We are really excited to be continuing our consultation project with Creative Health Services in Pottstown, PA. This project, which began in November and will be completed in April, is funded by the Pottstown Area Health and Wellness Foundation. Our work there is to identify the strengths of Creative Health Services and help them to identify the degree to which they are meeting criteria to be a behavioral health center of excellence, as well as areas of potential improvement where they can grow and develop in line with their values to better serve their clients and their community. We (Ken and Chris) are very excited to partner on this consultation with Dotti Farr, from Farr Consulting. Dotti is based in Pennsylvania and is very familiar with the Pennsylvania landscape–she worked on CCISC implementation activities in Bucks County for years.

During our recent visit, we spent time working with Creative on using the ILSA™ as a guide for helping them to improve their assessment process. We also met with Community Health and Dental Clinic in Pottstown, which is Creative’s FQHC partner, about improving their overall capacity to collaborate around primary health/behavioral health integration, and visited with the psychiatric inpatient unit from Pottstown Memorial Hospital, who is very interested in partnering with Creative around improving co-occurring mental health and substance capability across the community.

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Change Agent Speaks About Self Care


 Keris Myrick, MS, MBA, PhDc, is President and CEO of Project Return Peer Support Network. She has over 20 years experience in higher education administration and mental health program and organizational consultation and administration. Keris’ work on training components for peer-run programs includes an emphasis on peer advocates and facilitators. She is a national trainer and presenter for the National Alliance on Mental Illness (NAMI) education programs. Keris has been a board member for NAMI-California and is currently the First Vice President for the NAMI National Board. She serves as a systems leadership team representative in the Los Angeles County Department of Mental Health planning processes. She was a SAMHSA CMHS 2009 World Federation for Mental Health Congress scholarship recipient, and a recent invited guest to the White House to attend President Obamaís event commemorating the 20th anniversary of the Americans with Disabilities Act.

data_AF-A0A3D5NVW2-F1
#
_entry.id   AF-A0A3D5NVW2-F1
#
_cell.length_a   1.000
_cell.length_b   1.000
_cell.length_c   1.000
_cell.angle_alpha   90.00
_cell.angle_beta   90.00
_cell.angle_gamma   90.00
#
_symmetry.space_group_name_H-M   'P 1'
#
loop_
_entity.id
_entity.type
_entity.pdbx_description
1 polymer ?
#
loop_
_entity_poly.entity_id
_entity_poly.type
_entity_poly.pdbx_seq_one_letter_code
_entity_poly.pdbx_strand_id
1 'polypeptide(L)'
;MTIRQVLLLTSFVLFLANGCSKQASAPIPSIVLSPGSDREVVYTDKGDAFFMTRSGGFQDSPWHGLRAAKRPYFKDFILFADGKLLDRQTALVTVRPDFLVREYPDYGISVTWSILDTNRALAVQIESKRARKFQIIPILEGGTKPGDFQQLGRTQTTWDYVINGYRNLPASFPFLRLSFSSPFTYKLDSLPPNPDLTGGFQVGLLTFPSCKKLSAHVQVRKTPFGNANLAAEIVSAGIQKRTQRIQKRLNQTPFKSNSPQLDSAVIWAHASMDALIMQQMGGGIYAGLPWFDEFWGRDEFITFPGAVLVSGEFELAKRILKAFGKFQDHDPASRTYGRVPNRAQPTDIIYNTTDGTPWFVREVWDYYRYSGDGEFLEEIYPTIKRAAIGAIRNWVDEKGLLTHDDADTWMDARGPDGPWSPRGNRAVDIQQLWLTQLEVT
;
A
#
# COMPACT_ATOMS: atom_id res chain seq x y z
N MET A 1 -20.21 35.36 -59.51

Keris Myrick was featured in the New York Times in October 2011. Keris was at the UnConvention the day the article came out. We were all proud to have her there on this day. See the links below for Keris’ beautiful message.